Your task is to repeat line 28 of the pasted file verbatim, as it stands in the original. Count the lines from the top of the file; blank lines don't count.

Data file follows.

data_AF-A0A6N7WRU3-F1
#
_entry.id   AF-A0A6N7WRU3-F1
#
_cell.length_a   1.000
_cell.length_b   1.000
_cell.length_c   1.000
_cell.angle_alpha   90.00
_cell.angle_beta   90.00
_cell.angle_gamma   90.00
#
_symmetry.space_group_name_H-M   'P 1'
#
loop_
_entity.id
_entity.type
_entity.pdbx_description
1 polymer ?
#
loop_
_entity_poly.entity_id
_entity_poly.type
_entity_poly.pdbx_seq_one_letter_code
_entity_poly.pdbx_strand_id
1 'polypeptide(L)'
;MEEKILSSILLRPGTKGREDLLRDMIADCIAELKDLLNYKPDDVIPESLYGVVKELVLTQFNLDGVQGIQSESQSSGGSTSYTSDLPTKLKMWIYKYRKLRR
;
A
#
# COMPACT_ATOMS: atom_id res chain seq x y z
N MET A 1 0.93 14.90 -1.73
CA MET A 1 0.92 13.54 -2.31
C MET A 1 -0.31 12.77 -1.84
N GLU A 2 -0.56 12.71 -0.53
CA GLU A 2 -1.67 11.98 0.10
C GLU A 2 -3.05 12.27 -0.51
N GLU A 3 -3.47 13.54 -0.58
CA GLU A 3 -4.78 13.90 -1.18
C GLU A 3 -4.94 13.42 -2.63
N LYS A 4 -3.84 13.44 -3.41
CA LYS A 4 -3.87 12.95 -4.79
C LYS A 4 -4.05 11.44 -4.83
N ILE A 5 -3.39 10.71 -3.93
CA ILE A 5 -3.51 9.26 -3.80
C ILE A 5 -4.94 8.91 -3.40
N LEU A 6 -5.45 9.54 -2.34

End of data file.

A